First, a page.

Originally published by Mining Global.
Mining operations are complex. They aren’t your run-of-the-mill type projects. These billion dollar complexes consist of various interconnected projects, operating simultaneously to deliver refined commodities like gold, silver, coal and iron ore. It’s a five stage process and we’ve broken it down using GIFs.
The beginning of any mining project begins with the exploration stage. It’s where the magic happens. Companies enlist geologists and others to prospect remote areas in search of mineral deposits. Methods such as geological surface mapping and sampling, geophysical measurements and geochemical analysis is often applied at an early stage to pin out potential deposits.
2. Mine-site design and planning
Once mapping and mineral resource data is collected, and the results are strong, the project can move forward to the design and planning stage. This typically consist of studies to help companies determine if and how a project can be safe, environmentally sound, economically viable and socially responsible.
If you build it, they will come. The construction process occurs after research, permitting and approvals are complete. Construction of mining sites invovles building roads, processing facilities, environmental management systems, employee housing and other facilities.
The two most common methods of mining are surface and underground mining. The method is determined mainly by the characteristics of the mineral deposit and the limits imposed by safety, technology, environmental and economical concerns.
The first step in the production stage is recovering the minerals. This is the process of extracting the ore from rock using a variety of tools and machinery.
The second step is processing. The recovered minerals are processed through huge crushers or mills to separate commercially valuable minerals from their ores.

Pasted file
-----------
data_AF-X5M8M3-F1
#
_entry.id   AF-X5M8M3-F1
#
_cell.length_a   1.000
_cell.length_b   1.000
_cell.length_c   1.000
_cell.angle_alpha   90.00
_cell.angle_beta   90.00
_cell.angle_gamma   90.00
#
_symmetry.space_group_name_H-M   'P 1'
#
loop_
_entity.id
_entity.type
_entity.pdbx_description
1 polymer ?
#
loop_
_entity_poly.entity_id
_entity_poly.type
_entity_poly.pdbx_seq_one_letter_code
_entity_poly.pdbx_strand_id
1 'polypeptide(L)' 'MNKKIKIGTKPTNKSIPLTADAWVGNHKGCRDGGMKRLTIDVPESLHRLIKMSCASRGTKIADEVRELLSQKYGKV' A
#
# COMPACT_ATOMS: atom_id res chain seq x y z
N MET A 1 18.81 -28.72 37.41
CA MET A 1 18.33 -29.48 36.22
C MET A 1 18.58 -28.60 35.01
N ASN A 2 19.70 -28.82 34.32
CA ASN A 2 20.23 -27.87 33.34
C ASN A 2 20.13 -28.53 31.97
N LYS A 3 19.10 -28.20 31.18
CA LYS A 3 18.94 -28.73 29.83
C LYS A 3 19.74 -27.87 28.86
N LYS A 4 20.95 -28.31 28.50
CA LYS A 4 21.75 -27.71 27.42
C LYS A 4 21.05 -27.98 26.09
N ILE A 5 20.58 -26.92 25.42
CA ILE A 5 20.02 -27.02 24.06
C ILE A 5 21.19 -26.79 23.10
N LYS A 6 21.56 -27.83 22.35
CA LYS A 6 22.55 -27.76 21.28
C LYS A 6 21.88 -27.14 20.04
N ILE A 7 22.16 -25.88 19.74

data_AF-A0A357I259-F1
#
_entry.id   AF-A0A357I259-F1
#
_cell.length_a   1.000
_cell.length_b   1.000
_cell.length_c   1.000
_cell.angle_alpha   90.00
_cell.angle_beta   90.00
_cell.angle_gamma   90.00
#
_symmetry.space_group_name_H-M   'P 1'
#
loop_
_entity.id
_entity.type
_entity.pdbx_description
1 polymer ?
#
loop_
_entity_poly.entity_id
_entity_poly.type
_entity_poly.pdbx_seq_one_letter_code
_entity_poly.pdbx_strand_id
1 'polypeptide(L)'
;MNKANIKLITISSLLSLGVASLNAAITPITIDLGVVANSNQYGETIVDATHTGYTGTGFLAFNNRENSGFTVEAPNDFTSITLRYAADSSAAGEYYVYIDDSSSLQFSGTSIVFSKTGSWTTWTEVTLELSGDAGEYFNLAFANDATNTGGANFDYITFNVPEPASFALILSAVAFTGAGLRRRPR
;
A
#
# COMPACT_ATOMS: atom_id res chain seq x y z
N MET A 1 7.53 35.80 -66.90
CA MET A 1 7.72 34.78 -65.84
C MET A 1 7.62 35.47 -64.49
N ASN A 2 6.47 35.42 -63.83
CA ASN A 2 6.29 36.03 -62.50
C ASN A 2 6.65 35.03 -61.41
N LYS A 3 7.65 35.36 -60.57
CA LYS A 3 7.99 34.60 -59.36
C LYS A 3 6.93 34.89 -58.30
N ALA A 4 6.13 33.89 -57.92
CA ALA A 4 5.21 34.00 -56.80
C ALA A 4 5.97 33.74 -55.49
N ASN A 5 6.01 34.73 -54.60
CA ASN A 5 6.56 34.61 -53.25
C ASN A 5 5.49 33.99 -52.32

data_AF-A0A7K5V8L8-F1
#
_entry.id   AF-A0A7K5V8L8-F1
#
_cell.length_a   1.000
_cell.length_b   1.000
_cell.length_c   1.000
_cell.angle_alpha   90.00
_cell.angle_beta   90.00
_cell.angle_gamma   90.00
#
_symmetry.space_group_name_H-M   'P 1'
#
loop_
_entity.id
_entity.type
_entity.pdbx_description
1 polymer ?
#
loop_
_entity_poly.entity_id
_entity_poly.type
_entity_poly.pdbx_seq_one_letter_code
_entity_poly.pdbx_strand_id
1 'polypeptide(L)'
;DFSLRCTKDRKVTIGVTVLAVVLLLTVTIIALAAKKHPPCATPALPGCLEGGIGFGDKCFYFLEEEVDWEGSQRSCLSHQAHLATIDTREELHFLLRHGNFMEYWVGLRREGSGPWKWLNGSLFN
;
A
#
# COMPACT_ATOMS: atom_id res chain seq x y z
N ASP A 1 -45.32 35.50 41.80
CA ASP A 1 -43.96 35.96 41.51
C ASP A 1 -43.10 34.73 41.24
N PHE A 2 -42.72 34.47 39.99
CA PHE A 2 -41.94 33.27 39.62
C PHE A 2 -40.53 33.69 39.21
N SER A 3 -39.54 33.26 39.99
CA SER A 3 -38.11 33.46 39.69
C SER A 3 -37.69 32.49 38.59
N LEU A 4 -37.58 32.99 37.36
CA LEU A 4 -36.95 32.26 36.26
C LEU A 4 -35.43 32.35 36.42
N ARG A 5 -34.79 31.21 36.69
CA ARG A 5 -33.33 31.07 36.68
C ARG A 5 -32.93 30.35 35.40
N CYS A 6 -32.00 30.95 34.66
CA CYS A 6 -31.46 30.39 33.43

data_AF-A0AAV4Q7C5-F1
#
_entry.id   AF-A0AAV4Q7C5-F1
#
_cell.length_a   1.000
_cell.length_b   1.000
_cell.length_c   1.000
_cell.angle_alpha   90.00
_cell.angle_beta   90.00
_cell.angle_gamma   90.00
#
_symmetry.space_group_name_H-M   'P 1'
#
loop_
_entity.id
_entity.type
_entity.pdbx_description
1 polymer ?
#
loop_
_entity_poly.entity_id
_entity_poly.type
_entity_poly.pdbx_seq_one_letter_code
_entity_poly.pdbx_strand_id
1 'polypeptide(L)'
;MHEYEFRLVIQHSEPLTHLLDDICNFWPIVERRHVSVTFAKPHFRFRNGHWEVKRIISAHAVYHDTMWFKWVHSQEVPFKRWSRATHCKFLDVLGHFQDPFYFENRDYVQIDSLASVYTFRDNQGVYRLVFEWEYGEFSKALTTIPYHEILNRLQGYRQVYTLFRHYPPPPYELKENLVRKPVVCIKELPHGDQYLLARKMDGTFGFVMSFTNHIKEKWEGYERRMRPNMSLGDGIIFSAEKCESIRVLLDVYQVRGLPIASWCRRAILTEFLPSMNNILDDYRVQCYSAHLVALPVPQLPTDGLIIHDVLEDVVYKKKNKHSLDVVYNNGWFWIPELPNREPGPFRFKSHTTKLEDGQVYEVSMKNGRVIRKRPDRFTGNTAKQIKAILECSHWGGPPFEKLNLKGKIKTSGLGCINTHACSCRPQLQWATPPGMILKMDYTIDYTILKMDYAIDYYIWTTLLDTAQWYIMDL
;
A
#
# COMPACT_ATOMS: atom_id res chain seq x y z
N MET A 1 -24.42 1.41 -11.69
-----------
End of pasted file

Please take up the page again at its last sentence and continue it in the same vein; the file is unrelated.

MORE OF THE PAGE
Once processed, the ore is then transported to smelting facilities.
The final step in production is smelting. This process involves melting the concentrate in a furnance to extract the metal from its ore. The ore is then poured into moulds, producing bars of bullion, which are then ready for sale.
5. Closure and reclamation
The fifth and final stage in mining operations is closure and reclamation. Once a mining site has been exhausted of reserves, the process of closing the site occurs, dismantling all facilities on the property. The reclamation stage is then implemented, returning the land to its original state.
A comprehensive mine rehab (rehabilitation) program has many clearly stated objectives which may include:
• ensuring public health and safety
• minimizing environmental effects
• removing waste and hazardous material
• preserving water quality
• stabilizing land to protect against erosion
• establishing new landforms and vegetation
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